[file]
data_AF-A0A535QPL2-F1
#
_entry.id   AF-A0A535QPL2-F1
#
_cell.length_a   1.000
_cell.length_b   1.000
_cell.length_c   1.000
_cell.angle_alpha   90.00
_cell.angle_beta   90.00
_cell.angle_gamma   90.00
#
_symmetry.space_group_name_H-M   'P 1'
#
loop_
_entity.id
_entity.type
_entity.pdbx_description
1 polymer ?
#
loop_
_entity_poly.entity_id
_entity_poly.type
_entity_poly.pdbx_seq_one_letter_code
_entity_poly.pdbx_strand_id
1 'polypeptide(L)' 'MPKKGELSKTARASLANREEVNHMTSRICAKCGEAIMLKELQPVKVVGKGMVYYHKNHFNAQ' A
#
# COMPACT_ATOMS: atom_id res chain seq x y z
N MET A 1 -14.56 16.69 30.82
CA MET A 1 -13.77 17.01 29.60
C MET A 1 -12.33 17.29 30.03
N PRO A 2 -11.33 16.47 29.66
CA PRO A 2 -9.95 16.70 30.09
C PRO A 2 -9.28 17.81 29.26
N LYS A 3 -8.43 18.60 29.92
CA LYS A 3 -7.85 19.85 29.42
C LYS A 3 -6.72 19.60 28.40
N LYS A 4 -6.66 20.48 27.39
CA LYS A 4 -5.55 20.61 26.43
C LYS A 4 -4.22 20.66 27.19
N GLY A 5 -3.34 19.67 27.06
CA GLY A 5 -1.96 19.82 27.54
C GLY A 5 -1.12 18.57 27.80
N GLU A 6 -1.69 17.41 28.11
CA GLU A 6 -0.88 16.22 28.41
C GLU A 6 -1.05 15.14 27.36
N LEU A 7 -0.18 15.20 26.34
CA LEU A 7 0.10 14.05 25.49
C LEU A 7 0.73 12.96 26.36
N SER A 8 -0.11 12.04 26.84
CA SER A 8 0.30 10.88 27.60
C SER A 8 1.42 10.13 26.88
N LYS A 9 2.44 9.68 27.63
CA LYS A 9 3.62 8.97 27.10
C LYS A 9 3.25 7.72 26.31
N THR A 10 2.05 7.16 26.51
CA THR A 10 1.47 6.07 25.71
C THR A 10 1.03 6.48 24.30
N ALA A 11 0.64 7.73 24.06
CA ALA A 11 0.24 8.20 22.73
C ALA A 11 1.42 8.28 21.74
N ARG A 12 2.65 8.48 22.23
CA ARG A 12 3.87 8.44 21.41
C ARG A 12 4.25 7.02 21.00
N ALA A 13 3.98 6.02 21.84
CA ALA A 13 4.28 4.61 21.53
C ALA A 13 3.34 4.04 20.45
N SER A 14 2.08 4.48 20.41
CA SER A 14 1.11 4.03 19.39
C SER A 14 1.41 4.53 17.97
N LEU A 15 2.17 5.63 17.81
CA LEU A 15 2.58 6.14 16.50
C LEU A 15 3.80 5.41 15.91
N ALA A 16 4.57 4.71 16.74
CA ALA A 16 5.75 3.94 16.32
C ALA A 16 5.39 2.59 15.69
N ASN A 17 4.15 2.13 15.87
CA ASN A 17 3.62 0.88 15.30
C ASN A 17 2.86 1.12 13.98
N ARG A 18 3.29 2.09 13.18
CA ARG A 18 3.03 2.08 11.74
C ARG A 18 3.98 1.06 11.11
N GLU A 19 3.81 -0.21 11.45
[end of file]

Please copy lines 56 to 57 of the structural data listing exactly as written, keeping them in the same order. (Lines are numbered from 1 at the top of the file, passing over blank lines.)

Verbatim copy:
CA THR A 10 1.47 6.07 25.71
C THR A 10 1.03 6.48 24.30